I am a big fan of LinkedIn Learning and just finished Banish Your Inner Critic to Unleash Your Creativity with Denise Jacobs. I attended an online summit several months ago and heard Denise speak about the inner critic. Then about a month ago, she was featured on a LinkedIn live event on creativity. 

I have been making my way through How to Stop Worrying and Start Living by Dale Carnegie (best known for his book, How to Win Friends and Influence People). As Jen Sincero of You Are a Badass fame would say, it’s an old-timey book. What surprised me is how relevant a book first published in 1948 feels in 2020. Carnegie’s work is filled with practical advice and was amazingly well-read and dedicated to helping people improve their lives.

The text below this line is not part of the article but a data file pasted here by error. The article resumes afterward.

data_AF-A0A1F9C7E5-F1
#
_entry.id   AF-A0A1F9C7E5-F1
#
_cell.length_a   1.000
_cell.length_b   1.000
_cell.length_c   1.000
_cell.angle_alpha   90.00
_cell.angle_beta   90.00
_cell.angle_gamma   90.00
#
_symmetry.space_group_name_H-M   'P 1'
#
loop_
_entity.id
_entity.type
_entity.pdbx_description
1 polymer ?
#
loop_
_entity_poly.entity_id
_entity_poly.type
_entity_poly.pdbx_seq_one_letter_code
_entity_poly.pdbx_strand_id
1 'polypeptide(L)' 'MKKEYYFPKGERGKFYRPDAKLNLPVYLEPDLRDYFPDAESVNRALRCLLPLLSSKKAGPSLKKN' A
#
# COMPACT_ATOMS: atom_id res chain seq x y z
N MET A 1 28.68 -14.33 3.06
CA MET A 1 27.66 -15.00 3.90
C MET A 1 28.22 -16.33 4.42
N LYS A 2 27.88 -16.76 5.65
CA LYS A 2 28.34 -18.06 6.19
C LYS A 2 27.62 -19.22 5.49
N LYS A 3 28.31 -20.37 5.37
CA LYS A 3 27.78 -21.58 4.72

Photo by Edu Lauton on Unsplash

Keep Learning

Stylish woman working on a laptop. Photo by LinkedIn Sales Navigator on Unsplash

I am a big fan of LinkedIn Learning. Many of the video segments are 5-10 minutes so almost everyone can fit a little bit of training into their day. I find that even when the topics are familiar, these online classes offered a great refresher and even new insights. 

LinkedIn purchased Lynda.com a few years ago, and you may still see it referenced that way. Lynda.com was my go-to source for software training for a very long time.

Here are some of my favorites:

LinkedIn Learning may be available through work as a professional development opportunity or as an electronic resource through your local library. Check it out!


Photo by LinkedIn Sales Navigator on Unsplash